Adelaide Fringe 2014
A man and his vacuum cleaner, a woman and her many faces, a world set on the brink of war, and the single, unified field (theory) that brought them all together… Albert Einstein: Relativitively Speaking takes a playful look at our revered genius with songs, sight-gags, and science.
John Hinton is slight of build with narrow, mild features that make it almost inevitable that he should have ended up playing the role of the beloved, beleaguered, (nearly) Bavarian genius. From the moment we first meet him in the lobby of the Holden Street Theatre, Hinton is in character – absolutely committed in body and voice to the loveable, somewhat scattered personality. We are invited back to the ‘lecture hall’ by our host and emcee for a talk on the Special and the General Theory of Relativity. What follows is a delightful hour of science and song in which, despite the fact that Hinton manages to explain the basics of Unified Field Theory, the difference between the special and the general theory of relativity, and the processes at work in a nuclear explosion (among other things), the only time we feel like idiots is when we can’t manage to sign along during the E=mc2 rap…guess we just weren’t street enough.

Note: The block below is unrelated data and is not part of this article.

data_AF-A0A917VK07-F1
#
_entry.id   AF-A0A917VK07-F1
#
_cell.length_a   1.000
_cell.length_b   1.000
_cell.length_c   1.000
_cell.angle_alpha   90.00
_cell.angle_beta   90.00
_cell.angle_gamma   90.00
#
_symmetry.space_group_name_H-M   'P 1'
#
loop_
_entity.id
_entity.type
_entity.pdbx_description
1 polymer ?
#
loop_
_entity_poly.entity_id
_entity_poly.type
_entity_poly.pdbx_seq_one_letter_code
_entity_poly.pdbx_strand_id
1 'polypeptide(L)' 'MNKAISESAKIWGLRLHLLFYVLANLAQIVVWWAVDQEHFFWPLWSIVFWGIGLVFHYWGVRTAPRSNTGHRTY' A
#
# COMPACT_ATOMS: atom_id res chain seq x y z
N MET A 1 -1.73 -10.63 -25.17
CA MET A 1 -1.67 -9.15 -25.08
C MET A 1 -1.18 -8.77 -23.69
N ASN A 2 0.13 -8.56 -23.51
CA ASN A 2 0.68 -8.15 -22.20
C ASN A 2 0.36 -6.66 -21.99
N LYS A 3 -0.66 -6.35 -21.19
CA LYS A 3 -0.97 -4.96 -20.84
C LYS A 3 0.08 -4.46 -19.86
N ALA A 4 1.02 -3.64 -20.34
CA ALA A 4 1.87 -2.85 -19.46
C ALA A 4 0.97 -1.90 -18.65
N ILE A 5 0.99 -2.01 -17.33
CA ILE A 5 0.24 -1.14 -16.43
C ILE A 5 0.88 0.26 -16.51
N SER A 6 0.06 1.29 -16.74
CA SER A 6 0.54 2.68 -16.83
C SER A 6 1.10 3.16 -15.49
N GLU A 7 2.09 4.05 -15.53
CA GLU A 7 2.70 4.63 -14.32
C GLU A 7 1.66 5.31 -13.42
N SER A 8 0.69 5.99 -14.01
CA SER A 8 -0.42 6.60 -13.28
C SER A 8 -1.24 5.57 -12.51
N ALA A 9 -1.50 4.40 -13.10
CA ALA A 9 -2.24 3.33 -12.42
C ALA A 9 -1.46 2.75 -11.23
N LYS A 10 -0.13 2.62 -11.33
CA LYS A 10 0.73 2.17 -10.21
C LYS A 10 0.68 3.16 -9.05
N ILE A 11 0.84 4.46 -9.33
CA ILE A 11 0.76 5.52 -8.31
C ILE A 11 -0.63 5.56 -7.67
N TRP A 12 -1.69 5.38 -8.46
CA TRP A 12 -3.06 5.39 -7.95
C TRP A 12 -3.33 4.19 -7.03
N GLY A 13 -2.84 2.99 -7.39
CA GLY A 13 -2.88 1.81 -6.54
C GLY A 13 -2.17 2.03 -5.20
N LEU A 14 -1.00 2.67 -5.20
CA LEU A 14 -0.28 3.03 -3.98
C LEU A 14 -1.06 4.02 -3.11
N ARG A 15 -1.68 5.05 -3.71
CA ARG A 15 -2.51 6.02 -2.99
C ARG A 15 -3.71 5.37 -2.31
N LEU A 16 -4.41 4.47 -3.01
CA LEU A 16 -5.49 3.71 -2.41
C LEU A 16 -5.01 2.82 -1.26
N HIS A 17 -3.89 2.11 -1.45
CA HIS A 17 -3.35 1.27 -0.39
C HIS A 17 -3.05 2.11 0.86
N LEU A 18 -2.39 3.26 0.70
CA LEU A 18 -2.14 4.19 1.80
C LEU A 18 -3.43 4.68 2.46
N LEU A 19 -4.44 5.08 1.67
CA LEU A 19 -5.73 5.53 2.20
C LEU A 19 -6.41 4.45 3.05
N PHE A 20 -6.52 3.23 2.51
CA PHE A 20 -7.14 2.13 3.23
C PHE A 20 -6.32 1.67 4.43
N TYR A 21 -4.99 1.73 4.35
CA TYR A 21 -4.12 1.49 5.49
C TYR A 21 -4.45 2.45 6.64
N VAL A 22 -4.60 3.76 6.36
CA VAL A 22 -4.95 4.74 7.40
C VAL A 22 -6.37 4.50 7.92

There were a few moments when the accent was just thick enough (and Hinton’s speech just rapid enough) for us to miss a little text here and there, but overall Hinton offers succinct, accessible explanations for subjects of baffling complexity. With Jo Eagle deftly playing the women in his life (and the piano), Hinton twirls through Einstein’s life offering us glimpses behind the genius that are surprising, hilarious and, at times, even heart-rending.
The show employs (for the most part) well thought-out, unintimidating audience participation, though one fellow audience member experiences a moment of evident panic when he’s asked to play a speaking part. Generally speaking, the roles we’re given are easy and undemanding, and we come through it all smiling. Of course, it can be difficult to move around on stage following instructions and still continue to listen to (and comprehend) lengthy explanations of complex scientific problems. Nevertheless, we enjoy the interaction and it helps us to feel like we’re part of the show.
This is a well-crafted bit of theatre; musical comedy, but not a ‘musical’. Hinton and Eagle are both skilled, and the show is a tight piece of work, nicely developed and delivered. The songs are cleverly written and Eagle’s piano provides excellent accompaniment to Hinton’s absent-minded performances. A true success of fringe theatre, you won’t leave Albert Einstein: Relativitively Speaking without a smile on your face.